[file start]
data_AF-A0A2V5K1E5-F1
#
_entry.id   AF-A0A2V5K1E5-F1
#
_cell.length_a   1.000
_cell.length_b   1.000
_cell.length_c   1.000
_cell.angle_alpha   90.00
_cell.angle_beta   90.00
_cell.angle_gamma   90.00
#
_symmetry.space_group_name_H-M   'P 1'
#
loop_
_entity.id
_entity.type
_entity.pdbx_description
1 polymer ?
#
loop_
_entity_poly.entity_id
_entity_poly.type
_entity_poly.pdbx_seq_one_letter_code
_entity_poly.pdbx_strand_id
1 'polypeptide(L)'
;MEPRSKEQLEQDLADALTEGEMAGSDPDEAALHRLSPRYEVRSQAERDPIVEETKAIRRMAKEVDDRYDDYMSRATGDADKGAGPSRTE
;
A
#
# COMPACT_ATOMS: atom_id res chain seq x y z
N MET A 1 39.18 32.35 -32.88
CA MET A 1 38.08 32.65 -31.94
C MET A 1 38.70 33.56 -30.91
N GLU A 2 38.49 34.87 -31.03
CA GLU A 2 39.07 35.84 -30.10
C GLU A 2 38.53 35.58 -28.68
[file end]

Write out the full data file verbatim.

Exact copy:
data_AF-A0A2V5K1E5-F1
#
_entry.id   AF-A0A2V5K1E5-F1
#
_cell.length_a   1.000
_cell.length_b   1.000
_cell.length_c   1.000
_cell.angle_alpha   90.00
_cell.angle_beta   90.00
_cell.angle_gamma   90.00
#
_symmetry.space_group_name_H-M   'P 1'
#
loop_
_entity.id
_entity.type
_entity.pdbx_description
1 polymer ?
#
loop_
_entity_poly.entity_id
_entity_poly.type
_entity_poly.pdbx_seq_one_letter_code
_entity_poly.pdbx_strand_id
1 'polypeptide(L)'
;MEPRSKEQLEQDLADALTEGEMAGSDPDEAALHRLSPRYEVRSQAERDPIVEETKAIRRMAKEVDDRYDDYMSRATGDADKGAGPSRTE
;
A
#
# COMPACT_ATOMS: atom_id res chain seq x y z
N MET A 1 39.18 32.35 -32.88
CA MET A 1 38.08 32.65 -31.94
C MET A 1 38.70 33.56 -30.91
N GLU A 2 38.49 34.87 -31.03
CA GLU A 2 39.07 35.84 -30.10
C GLU A 2 38.53 35.58 -28.68